What I learned from coach LaVell Edwards on a church pew

Coach LaVell Edwards. Photo by Mark Philbrick, BYU.

By now even most casual sports fans know that legendary Brigham Young University football coach LaVell Edwards passed away on Dec. 29. In the days since, enough lines about his legacy have been written and spoken to fill the stadium that bears his name.

His impact on players, their families, the university and sports fans around the world is immeasurable by even the longest yard marker. Still, as I’ve reflected on my own feelings about the beloved coach, I’m reminded that legacies are not always made with 60,000 people watching.

Sometimes, it only takes one.

In the early 1990s my wife, Kodi, and I lived in Provo and attended the same congregation as Coach Edwards and his sweet wife, Patti. One colorful fall Sunday morning, my small family was sitting near the back of the chapel when I noticed a couple shuffling in the rear door. I turned to see the Edwardses sliding into seats right behind us.

With just a few minutes before the meeting started, I turned to shake his hand and say a quick hello. Coach Edwards yawned and I remember his big hands covering and then rubbing his friendly face, as if waking up his senses before church began.

I laughed. “Tough game last night. Get home late?”

I already knew the answer — of course he had. The Cougars had lost an away game, flown home after midnight and Edwards revealed he’d arrived home after 3 a.m.

We spoke a moment or two about the game, and I told him how impressed I was that he was in church. I told him it would’ve been awfully easy to stay home, particularly coming off a tough loss and facing a building full of Sunday-morning quarterbacks like me.

Instead, he smiled and leaned forward. “Of course I’m here.”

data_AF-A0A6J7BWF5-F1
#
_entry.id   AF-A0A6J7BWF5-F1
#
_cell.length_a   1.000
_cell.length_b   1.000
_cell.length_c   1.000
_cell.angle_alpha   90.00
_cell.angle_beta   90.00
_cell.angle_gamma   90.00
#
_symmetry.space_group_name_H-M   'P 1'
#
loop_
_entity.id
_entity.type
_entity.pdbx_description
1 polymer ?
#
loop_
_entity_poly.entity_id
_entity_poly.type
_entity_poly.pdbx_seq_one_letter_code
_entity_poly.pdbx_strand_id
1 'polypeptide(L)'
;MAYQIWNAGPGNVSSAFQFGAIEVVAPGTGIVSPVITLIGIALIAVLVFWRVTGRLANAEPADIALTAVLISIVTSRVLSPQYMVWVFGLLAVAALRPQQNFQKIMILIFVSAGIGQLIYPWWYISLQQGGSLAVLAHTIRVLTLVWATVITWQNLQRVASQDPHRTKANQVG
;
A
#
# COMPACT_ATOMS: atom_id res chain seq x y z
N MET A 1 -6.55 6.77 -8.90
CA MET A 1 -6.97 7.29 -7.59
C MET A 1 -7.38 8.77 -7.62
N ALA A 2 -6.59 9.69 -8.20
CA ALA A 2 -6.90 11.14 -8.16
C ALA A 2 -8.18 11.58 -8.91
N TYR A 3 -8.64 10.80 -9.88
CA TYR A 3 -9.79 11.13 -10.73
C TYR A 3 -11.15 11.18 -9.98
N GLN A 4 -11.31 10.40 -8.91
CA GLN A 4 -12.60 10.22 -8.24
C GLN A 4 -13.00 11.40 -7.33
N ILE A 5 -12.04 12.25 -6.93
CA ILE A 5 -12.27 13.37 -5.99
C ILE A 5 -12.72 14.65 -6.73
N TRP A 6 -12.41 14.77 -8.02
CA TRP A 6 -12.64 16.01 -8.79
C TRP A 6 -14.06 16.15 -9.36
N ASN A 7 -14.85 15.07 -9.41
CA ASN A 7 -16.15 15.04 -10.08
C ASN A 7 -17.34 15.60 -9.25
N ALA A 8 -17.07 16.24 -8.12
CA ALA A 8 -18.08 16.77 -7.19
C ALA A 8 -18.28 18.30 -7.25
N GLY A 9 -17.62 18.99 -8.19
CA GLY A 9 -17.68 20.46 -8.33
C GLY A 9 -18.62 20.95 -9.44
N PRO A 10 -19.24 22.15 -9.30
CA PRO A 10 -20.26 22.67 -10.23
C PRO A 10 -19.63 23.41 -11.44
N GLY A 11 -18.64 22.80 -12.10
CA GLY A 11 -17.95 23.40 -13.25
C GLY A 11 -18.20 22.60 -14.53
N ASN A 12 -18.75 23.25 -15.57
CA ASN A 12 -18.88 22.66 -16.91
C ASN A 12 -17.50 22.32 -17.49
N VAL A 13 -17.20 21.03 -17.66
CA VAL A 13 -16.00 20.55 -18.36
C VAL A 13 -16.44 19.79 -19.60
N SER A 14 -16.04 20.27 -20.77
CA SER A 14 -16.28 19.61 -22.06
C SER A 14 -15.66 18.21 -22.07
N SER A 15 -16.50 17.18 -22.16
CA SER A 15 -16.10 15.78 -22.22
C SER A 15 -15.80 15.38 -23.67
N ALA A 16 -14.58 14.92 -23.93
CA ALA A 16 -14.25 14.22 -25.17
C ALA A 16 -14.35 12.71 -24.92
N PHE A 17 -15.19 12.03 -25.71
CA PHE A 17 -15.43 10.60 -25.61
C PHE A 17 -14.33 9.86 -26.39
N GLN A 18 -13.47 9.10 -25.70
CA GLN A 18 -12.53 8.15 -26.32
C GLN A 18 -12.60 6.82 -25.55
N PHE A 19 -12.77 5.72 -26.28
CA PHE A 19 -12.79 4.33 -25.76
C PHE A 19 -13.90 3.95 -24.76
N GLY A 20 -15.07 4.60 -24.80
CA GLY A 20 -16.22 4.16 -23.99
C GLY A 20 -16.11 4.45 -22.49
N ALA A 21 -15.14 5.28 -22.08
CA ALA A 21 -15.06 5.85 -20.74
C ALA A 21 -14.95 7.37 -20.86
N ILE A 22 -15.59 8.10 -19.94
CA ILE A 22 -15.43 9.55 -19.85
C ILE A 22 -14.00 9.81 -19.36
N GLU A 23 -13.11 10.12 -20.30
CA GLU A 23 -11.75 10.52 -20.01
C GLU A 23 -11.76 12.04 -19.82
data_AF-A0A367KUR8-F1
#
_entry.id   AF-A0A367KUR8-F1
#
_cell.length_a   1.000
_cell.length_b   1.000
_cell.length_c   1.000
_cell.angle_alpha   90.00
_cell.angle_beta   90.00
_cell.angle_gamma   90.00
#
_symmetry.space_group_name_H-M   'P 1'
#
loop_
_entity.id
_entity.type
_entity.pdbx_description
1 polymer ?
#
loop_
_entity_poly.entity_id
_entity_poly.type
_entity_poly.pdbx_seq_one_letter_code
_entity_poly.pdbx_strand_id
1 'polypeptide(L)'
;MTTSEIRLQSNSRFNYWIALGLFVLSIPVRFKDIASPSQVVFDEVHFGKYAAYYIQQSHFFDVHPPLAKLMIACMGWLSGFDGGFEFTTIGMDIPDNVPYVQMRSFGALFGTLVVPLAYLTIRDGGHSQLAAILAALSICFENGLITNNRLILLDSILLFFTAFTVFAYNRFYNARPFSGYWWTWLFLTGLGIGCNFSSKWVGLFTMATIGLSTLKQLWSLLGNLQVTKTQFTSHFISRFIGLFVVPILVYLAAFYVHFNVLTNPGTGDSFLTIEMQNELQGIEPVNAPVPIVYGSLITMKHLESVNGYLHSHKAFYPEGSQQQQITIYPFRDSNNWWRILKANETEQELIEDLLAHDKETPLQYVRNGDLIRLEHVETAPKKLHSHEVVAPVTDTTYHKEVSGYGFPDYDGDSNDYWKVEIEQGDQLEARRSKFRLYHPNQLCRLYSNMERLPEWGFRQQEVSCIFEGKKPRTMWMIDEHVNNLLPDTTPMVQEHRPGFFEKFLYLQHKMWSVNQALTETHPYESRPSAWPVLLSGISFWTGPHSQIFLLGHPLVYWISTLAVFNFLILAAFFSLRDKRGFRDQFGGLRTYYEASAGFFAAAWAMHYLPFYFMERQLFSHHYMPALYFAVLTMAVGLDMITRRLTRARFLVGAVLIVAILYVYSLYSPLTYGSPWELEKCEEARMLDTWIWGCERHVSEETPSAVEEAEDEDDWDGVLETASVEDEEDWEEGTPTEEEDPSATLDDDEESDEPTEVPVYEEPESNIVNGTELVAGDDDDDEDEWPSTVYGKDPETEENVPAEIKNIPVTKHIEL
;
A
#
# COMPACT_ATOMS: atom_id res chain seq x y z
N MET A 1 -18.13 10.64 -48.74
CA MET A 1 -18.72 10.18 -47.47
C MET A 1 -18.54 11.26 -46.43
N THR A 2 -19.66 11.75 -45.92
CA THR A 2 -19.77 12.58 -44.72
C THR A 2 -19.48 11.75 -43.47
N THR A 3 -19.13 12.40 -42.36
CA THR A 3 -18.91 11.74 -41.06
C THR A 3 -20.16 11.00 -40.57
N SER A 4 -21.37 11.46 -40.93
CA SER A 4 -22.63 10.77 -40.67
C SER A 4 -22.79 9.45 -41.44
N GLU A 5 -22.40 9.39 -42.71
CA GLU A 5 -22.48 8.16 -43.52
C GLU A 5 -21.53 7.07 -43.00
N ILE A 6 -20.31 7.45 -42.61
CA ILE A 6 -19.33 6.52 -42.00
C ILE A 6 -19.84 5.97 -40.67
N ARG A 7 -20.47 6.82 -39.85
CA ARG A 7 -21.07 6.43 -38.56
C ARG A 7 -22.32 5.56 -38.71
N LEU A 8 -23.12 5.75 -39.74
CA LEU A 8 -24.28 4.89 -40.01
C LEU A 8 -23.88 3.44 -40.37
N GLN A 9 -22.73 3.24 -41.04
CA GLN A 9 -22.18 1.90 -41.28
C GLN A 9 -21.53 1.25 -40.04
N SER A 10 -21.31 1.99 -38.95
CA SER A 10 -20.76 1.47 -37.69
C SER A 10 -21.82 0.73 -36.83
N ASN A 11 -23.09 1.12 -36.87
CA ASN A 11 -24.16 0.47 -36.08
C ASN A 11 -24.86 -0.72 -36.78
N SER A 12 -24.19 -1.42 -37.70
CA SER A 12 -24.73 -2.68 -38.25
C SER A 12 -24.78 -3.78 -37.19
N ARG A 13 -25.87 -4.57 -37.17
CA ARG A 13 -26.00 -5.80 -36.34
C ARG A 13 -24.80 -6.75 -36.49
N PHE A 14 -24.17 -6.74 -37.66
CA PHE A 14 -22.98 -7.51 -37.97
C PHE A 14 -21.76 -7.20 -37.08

I wish I could say he then put his strong hand on my shoulder and taught me some valuable lesson. Or that he quoted some scripture or church leader or linked that experience to a testimony about the importance of the Sabbath Day.

He didn’t. He just smiled and asked how my family was doing.

It’s been nearly 20 years since that moment in the back of the Provo chapel, but I remember it with the kind of clarity that only comes when the Holy Ghost has done the teaching.

How many times have I returned late on a Saturday night or early on a Sunday morning from a business or personal trip and heard the humble echo of Coach Edwards.

“Of course I’m here.”

To be clear, surely the Lord knows that sometimes work, travel and sickness on the Sabbath Day are unavoidable. And sometimes it’s not physically possible or perhaps safe for someone suffering to hop in their car and find their way to a chapel.

But the perfect one also knows perfectly that sometimes we might take the easy way out when fatigue, stress or a headache greet us on Sunday morning. What if instead of rolling over, what heaven most wants is for us to say a prayer and walk into church with our tired bodies to feed our hungry souls?

Oddly, I almost look forward to the next time a bout of jet lag begs my body to stay in bed. I’ll enjoy remembering that big yawning face leaning in and saying, “Of course I’m here.”

Coach Edwards might be gone, but his legacy will quietly live on — one fan at a time.

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